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What they're saying: Wall Street may be overreacting to Fed chair's speech

NEW YORK, NEW YORK - NOVEMBER 28: Federal Reserve Chairman Jerome Powell speaks at the Economic Club of New York on November 28, 2018 in New York City.
Fed Chair Jerome Powell speaks at the Economic Club of New York on Wednesday in New York City. Photo: Spencer Platt via Getty Images

The Dow Jones Industrial Average closed up 618 points on Wednesday, its best one-day gain since March (per CNBC), while both the S&P 500 and the Nasdaq Composite rose over 2% following a highly anticipated speech by Federal Reserve Chairman Jerome Powell in New York.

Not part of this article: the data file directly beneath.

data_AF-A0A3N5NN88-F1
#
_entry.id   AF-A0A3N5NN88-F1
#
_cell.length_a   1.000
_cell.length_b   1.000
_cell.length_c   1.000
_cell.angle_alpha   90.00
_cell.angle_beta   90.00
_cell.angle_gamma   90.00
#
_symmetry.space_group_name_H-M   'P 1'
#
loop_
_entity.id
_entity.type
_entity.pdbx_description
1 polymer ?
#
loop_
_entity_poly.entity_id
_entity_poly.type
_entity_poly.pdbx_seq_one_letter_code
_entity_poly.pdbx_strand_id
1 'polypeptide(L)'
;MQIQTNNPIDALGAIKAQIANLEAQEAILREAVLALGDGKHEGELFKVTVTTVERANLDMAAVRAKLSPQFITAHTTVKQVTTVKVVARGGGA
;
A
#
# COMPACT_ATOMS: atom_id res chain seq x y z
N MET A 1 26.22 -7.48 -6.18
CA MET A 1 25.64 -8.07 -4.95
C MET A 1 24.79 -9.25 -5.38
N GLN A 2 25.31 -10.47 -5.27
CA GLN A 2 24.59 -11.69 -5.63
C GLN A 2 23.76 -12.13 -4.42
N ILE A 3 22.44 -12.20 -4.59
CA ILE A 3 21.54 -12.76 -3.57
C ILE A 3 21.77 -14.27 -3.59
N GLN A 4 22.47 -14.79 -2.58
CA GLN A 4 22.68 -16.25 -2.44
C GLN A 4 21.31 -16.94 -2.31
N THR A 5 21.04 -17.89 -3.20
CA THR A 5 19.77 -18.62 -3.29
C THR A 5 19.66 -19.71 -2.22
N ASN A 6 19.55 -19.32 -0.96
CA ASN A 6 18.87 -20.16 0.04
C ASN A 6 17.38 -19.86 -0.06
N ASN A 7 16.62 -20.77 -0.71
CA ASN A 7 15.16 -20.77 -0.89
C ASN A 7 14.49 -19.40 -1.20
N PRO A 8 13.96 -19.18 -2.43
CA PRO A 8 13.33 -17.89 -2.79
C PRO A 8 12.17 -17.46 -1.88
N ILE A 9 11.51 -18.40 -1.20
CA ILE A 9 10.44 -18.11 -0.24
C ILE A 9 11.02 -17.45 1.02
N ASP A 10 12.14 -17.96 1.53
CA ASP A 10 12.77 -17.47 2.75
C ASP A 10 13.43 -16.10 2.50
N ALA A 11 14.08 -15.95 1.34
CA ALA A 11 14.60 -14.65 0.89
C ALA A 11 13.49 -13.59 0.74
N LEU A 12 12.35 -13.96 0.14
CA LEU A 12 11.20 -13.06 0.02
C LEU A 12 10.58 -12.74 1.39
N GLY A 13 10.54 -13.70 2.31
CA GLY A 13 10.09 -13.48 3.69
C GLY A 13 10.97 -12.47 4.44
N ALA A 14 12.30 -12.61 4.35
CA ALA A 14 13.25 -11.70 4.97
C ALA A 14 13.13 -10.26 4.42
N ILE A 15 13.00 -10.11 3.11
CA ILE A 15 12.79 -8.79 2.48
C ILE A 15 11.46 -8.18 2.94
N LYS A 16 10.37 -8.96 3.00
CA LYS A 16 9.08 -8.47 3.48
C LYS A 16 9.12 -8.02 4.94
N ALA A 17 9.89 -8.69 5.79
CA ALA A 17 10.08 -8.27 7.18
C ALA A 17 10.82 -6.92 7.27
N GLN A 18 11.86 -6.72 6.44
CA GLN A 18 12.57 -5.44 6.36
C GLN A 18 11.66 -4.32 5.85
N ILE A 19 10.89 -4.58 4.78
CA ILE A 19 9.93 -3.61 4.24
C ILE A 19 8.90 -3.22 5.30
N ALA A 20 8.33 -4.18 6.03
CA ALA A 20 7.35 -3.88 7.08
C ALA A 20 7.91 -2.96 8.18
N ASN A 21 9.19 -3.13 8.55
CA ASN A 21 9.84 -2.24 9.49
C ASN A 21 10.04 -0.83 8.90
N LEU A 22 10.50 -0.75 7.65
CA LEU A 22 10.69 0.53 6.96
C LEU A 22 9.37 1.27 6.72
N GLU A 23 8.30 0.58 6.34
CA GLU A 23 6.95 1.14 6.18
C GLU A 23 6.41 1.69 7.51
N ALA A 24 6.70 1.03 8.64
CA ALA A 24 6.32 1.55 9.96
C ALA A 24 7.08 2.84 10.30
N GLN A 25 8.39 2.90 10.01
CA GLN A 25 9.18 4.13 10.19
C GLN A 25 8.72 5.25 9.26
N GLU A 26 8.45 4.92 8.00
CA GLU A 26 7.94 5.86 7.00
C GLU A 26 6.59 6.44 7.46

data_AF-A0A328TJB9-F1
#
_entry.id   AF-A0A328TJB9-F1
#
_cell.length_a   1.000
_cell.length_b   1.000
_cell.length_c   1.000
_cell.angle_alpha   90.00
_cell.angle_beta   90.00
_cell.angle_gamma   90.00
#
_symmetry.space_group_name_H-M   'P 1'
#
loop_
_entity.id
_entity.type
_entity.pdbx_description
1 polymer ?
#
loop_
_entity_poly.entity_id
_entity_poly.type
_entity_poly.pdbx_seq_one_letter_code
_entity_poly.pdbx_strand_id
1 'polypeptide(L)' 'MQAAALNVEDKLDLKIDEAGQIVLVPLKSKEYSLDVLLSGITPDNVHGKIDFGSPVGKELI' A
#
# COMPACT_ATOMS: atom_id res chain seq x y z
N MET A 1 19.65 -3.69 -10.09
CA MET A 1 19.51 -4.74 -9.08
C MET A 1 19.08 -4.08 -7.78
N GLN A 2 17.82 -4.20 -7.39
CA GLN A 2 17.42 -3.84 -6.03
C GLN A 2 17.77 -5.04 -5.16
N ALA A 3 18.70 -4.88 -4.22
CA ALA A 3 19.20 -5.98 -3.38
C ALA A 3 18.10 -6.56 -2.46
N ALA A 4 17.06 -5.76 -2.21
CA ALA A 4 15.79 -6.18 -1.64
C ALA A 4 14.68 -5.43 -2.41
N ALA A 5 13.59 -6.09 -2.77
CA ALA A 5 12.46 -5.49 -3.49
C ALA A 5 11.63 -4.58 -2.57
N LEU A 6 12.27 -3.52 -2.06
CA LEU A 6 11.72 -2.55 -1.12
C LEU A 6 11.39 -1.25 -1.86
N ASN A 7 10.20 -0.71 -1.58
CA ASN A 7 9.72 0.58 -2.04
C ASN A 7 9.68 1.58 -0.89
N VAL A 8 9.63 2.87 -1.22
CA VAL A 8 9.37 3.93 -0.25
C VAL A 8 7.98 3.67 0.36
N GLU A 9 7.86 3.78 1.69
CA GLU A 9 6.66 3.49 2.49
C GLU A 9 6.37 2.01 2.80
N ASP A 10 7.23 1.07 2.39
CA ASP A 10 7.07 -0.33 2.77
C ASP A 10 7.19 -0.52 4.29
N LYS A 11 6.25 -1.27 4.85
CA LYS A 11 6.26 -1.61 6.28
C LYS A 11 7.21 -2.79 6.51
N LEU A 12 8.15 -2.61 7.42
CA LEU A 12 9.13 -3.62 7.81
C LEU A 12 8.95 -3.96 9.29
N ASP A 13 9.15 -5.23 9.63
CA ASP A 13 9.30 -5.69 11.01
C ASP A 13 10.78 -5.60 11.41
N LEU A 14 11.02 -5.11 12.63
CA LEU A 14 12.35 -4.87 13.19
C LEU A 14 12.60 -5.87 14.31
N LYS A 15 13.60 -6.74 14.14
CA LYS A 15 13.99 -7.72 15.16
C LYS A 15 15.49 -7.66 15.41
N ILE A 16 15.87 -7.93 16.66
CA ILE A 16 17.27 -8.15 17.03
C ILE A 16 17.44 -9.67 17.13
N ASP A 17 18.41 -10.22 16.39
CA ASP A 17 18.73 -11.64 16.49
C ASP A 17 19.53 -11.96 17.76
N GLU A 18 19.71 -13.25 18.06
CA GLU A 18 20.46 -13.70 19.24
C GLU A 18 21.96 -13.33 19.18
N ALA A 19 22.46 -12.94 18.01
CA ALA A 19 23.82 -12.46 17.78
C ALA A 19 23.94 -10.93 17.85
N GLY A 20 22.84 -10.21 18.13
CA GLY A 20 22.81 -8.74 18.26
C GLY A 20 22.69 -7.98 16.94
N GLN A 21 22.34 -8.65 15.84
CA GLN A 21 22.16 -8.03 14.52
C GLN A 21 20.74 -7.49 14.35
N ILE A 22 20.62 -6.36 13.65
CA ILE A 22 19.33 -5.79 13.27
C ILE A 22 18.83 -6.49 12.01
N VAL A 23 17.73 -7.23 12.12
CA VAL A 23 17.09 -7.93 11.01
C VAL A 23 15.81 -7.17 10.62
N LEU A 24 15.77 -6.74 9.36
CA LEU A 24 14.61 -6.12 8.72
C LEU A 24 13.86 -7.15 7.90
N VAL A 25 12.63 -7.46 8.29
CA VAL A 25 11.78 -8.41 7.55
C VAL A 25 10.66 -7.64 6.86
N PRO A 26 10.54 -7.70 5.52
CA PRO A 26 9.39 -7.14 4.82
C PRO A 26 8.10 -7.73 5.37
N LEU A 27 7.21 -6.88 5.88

The big picture: There's no single reason for markets' surge, but some market-watchers say investors misinterpreted Powell's comment that interest rates were "just below" the neutral level to mean fewer interest rate hikes were on the horizon.

What they're saying:

  • Jared Bernstein, who served as chief economist under Vice President Joe Biden:
  • Ian Shepherdson, chief economist at Pantheon Macroeconomics:
  • Marc Chandler, chief market strategist at Bannockburn Global:
  • Gregory Daco, chief U.S. economist at Oxford Economics, tweeted, in part that it was "not correct" that markets saw Powell's comments has a signal that the Fed will no longer hike interest rates after December.

The other side:

  • Joe LaVorgna, chief economist for the Americas at Natixis:
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